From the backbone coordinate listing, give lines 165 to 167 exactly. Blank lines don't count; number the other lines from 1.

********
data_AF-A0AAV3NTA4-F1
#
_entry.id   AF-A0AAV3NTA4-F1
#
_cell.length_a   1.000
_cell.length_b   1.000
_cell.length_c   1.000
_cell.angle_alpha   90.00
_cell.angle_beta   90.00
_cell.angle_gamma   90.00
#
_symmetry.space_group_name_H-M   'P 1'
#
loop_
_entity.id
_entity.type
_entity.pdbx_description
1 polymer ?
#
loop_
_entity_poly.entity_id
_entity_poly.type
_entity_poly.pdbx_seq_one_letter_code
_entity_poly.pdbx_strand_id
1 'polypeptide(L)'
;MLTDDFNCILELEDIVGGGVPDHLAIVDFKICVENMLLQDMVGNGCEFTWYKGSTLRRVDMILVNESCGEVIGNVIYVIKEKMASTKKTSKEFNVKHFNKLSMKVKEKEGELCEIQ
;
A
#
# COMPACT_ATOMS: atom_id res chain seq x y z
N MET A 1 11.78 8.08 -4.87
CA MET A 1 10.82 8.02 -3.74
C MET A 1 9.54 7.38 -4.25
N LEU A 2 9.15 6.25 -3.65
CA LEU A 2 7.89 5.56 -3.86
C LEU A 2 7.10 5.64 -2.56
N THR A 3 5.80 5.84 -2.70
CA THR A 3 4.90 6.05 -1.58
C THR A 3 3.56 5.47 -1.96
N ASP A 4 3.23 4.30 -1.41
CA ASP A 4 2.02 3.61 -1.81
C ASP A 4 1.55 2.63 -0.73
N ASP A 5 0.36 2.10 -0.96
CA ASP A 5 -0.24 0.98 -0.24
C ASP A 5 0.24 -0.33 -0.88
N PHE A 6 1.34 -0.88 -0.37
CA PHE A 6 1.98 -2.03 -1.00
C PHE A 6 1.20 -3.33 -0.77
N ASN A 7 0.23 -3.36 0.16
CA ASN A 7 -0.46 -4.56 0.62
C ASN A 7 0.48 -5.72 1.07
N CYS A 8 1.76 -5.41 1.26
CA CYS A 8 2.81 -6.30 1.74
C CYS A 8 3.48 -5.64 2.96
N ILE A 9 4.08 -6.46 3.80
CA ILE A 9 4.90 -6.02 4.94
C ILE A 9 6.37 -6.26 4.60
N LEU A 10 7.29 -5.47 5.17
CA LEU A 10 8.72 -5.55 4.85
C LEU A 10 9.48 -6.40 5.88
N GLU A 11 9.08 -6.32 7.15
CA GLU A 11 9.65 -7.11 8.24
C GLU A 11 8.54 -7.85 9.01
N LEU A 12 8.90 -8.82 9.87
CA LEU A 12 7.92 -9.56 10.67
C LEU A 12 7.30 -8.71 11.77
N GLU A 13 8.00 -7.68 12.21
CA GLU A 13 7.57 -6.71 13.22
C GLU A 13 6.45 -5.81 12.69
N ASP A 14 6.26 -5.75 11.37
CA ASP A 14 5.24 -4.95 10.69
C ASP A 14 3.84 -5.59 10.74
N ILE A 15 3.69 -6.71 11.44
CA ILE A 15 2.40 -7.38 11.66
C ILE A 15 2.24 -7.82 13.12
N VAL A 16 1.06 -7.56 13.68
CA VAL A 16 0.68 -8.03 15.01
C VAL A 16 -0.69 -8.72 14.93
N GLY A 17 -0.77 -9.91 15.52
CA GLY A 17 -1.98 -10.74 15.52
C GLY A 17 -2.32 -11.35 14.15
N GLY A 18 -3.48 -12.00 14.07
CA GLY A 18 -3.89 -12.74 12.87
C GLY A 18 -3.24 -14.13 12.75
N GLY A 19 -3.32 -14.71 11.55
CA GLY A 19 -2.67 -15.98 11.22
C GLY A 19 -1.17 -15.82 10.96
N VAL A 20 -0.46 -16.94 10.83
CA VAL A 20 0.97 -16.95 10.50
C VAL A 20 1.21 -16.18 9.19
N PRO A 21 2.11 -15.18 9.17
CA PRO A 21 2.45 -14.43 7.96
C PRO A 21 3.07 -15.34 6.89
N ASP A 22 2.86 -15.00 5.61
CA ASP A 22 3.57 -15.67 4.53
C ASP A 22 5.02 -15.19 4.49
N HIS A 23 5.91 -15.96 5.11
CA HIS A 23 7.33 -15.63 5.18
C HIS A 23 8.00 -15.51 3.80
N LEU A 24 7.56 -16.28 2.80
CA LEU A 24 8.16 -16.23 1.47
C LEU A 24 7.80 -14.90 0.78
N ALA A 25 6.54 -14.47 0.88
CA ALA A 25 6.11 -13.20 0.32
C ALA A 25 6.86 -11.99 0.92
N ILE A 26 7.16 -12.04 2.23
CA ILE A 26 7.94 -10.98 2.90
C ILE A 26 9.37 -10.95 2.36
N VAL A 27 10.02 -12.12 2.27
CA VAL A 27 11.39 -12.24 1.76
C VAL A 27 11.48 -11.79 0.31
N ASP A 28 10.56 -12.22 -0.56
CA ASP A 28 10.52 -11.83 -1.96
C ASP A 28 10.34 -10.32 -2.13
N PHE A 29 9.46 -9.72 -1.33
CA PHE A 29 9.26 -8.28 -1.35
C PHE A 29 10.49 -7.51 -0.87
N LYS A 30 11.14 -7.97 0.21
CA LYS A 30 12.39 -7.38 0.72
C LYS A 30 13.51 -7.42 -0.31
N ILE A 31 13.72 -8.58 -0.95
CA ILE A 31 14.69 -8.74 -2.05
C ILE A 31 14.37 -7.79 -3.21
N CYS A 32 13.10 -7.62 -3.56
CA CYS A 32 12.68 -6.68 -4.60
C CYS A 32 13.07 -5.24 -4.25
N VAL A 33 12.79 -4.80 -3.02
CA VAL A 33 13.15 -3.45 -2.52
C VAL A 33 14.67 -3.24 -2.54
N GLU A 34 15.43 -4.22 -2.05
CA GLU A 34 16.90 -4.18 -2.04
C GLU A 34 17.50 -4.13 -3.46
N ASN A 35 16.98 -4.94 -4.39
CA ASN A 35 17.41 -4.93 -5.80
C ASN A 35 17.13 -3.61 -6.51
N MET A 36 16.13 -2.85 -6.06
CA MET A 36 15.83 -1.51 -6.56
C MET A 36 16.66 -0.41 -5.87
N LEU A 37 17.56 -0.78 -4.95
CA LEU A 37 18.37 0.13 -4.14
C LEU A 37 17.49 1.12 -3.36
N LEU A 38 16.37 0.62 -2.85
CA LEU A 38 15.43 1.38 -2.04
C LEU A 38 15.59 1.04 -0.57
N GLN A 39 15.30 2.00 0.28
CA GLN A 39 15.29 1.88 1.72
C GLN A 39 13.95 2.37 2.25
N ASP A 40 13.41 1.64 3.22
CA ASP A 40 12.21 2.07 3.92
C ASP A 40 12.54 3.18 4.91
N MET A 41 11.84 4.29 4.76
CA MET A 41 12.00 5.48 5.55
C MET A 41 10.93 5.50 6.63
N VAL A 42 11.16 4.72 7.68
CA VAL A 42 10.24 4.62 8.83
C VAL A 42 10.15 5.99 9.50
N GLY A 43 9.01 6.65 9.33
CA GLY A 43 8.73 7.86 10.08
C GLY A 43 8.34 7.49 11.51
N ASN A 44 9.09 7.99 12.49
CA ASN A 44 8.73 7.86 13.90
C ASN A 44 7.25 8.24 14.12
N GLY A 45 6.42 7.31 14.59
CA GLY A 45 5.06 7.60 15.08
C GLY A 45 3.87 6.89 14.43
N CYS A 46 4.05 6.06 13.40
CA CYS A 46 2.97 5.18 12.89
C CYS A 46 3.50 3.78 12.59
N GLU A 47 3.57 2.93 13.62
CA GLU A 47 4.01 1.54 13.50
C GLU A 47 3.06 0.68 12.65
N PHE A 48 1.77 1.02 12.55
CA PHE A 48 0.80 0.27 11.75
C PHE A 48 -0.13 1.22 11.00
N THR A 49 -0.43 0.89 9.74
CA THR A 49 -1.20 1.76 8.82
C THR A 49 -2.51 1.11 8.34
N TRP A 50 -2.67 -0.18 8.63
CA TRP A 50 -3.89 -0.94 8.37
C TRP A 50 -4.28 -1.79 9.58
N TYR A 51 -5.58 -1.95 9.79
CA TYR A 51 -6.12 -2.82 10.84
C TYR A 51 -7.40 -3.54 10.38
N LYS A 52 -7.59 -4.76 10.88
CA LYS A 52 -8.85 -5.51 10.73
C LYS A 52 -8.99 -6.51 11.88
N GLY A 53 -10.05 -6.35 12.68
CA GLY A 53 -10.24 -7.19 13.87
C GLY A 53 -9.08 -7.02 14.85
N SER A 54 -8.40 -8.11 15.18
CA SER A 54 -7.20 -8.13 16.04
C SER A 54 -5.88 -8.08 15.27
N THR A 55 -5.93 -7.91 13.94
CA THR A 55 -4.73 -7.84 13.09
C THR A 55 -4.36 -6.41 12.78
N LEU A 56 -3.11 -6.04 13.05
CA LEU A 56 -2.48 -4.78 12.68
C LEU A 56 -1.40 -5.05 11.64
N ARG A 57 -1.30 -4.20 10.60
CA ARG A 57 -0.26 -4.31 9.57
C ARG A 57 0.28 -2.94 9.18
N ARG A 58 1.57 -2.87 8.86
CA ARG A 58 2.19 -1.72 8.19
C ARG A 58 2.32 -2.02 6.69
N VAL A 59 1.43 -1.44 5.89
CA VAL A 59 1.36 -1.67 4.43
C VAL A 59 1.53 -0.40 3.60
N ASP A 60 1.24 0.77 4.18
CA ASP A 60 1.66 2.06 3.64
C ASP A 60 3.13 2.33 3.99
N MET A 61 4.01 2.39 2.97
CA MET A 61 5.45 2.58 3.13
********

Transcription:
C GLY A 45 3.87 6.89 14.43
N CYS A 46 4.05 6.06 13.40
CA CYS A 46 2.97 5.18 12.89